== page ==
SUMMERSIDE — The residents of Summerside got their first look at a sweeping new vision for their waterfront Thursday night.
The initiative, spearheaded by the Summerside Port Corporation, was designed to come up with a concept plan of what Summerside could look like in 25 to 35 years. It’s a process that has been in the works for nearly a year.
More than 100 people gathered at the Loyalist Country Inn to see the plans, prepared by Ekistics Planning & Design of Halifax.
“What we want to do is start off with an ambitious plan — but it also needs to be realistic. So we’re looking at something that’s far-reaching and visionary, but yet practical enough to see it realized,” said Rob LeBlanc, with Ekistics, who gave the presentation with Arnold Croken, general manager of the port corporation.
There was certainly a lot for them to talk about.
Presented at the meeting where ideas such as:
u Closing a section of Spring Street to create a pedestrian/bike mall full of shops.
u Building a municipal parking garage onto the back of the Holman Building, which would allow for current parking lots to be redeveloped.
u At least one secondary marina, plus new small boat docks. A completely overhauled Holland College campus.
u Reclaiming land for a 10,000-person capacity park and amphitheater.
u Condos, lots of them and a commitment to keep the waterfront public in perpetuity.
There was a lot of ground covered.
Generally, the crowd seemed to like what it heard. If anyone had any negative comments they didn’t voice them during the question/comment time at the end of the presentation.
In fact, the people who spoke with TC Media were excited.
Daniela Hueschling moved to Summerside from Charlottetown about seven years ago. She said she was very impressed by the presentation.
“I love it. I’d like to see it started soon,” she said.
I’ve always thought Summerside had great potential, a little gem on the sea, and this is exactly what I’d envisioned — I hope they’ll see it through.”
Brian McArville agreed.
“I think it’s an excellent vision for the next number of years for the city of Summerside,” said McArville.
“I’m not going to be around to see it, but I like seeing this vision. I think it’s more than I’ve seen in the last number of years. This is a start.”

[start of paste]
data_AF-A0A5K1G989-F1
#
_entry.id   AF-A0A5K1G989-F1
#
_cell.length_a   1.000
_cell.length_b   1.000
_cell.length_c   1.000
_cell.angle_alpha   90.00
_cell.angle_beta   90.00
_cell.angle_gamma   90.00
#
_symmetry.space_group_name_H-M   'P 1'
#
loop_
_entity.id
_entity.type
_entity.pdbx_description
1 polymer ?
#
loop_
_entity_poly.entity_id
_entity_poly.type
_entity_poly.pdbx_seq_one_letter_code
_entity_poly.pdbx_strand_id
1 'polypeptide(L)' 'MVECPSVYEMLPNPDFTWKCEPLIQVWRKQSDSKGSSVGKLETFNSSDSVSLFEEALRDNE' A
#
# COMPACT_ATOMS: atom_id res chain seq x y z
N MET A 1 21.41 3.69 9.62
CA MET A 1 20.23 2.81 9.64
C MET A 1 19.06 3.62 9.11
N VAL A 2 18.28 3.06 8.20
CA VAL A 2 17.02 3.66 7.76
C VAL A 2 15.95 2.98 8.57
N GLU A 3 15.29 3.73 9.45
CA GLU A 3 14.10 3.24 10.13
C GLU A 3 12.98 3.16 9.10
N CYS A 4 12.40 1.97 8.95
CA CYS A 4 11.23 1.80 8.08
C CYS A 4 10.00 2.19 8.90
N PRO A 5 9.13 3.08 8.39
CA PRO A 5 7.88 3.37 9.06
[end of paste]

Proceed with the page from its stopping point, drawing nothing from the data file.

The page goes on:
Mayor Basil Stewart also said he likes what he saw as a first step, but said such a project would take a great deal of time and careful planning.
“We’re living in a changing world — we’re working to try and get something kicked off and it’s going to take a while,” he said.
“But we have to be innovative to try and push the city forward and get some growth and jobs, something that will attract young people as well as people of other ages.”
Jonathan Greenan, president of the Greater Summerside and Area Chamber of Commerce, also expressed his appreciation.
“It’s certainly ambitious — if even a fraction of that comes to fruition it would be a positive thing for the City of Summerside,” he said.
But he also had one major concern, one that was raised by others at the meeting as well.
“Where are the people going to come from to fill this development?” he asked.
“I think we need to have opportunities for people to come here before we have this kind of grand infrastructure to house them. The “Field of Dreams” ‘build it and they will come’ philosophy doesn’t always work.”
In conclusion, Croken told the crowd that all the ideas presented were still just conceptual, with nothing written in stone.
However, he said, over the coming months the port corporation would be working closely with the other non-governmental organizations in the downtown, as well as with the city government, to come up with a secondary plan for the waterfront.
This was only the first step on a long road, he said.
“Probably the easiest part is done. This is simply a vision of what the community could look like. We know (the plan) is going to change. It may change entirely, it may change in part, but what this does highlight is the opportunities that we have in Summerside.”
A concept drawing of what Summerside’s downtown waterfront could look like in 25 years. Image from Ekistics Planning & Design.